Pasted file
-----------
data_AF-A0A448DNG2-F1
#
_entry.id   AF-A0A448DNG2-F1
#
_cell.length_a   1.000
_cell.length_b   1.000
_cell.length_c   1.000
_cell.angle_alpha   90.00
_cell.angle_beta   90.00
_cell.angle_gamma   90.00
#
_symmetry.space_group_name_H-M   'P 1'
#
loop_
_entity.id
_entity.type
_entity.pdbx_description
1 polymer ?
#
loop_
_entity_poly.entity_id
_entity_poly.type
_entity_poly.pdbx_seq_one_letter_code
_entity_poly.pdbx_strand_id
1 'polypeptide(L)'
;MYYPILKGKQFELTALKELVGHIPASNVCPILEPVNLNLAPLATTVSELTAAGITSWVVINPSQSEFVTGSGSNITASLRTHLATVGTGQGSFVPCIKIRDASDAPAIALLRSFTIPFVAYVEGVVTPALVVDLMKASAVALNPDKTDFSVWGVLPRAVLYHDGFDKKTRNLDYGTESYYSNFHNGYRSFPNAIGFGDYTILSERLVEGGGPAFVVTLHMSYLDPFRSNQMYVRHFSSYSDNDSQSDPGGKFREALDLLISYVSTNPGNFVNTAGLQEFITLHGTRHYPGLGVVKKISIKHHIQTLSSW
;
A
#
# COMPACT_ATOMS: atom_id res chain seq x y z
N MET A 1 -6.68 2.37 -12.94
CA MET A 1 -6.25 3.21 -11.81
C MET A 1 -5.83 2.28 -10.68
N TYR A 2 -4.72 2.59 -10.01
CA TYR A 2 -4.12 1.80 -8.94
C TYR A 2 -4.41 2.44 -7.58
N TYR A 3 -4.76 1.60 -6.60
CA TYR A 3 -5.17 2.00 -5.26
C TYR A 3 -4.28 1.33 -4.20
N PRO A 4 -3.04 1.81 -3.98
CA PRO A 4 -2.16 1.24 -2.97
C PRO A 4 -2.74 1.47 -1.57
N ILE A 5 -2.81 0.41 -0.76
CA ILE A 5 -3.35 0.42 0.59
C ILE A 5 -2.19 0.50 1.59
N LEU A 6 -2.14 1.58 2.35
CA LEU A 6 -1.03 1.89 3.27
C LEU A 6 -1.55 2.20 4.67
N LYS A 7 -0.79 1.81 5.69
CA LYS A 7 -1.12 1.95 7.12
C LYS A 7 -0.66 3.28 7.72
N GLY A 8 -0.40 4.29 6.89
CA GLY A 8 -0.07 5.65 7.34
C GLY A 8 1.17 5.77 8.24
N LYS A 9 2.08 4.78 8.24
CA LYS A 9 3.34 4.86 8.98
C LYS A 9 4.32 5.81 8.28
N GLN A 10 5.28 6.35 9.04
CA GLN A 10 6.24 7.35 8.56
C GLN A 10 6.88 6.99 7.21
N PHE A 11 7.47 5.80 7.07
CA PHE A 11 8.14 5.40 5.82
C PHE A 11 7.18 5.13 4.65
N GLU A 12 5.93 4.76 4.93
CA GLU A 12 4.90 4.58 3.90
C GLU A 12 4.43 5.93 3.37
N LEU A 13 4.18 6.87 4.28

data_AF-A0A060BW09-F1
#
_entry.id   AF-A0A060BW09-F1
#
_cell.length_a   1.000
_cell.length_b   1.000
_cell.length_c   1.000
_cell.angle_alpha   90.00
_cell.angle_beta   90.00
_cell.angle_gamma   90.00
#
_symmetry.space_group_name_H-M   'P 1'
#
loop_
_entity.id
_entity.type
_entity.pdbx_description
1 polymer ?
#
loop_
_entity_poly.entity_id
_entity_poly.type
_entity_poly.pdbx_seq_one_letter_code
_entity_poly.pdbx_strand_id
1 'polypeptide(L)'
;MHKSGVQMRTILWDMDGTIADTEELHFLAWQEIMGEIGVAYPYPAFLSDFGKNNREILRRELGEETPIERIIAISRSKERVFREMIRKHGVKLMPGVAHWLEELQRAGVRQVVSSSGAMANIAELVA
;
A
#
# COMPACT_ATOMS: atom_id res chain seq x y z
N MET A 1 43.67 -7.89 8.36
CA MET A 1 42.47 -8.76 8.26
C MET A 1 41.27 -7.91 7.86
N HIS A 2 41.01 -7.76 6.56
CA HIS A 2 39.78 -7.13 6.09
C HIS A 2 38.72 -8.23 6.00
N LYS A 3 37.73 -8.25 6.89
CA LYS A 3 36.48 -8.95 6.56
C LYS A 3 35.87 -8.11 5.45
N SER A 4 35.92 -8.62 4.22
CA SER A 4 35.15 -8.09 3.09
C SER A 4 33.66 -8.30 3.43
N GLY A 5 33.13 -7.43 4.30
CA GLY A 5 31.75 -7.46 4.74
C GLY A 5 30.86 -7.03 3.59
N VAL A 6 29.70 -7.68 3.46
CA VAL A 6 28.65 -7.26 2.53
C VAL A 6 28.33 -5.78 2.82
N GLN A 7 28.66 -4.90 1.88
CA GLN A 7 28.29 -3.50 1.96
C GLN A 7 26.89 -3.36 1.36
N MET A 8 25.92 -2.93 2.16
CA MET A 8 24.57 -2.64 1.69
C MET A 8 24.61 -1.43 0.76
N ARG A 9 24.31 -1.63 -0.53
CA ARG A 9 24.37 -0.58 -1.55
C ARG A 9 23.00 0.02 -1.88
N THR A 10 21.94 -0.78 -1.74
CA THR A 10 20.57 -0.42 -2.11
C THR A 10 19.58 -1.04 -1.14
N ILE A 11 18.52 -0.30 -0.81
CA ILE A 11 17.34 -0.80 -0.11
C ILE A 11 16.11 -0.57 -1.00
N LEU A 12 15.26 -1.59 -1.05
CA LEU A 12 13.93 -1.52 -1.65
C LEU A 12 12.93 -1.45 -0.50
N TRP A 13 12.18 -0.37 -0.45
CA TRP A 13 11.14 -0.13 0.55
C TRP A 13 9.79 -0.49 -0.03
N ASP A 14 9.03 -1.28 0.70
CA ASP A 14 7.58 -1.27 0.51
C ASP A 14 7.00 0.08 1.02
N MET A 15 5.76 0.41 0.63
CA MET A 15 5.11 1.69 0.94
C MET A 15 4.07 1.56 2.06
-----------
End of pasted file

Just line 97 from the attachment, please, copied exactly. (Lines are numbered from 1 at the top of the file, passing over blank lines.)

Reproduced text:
# COMPACT_ATOMS: atom_id res chain seq x y z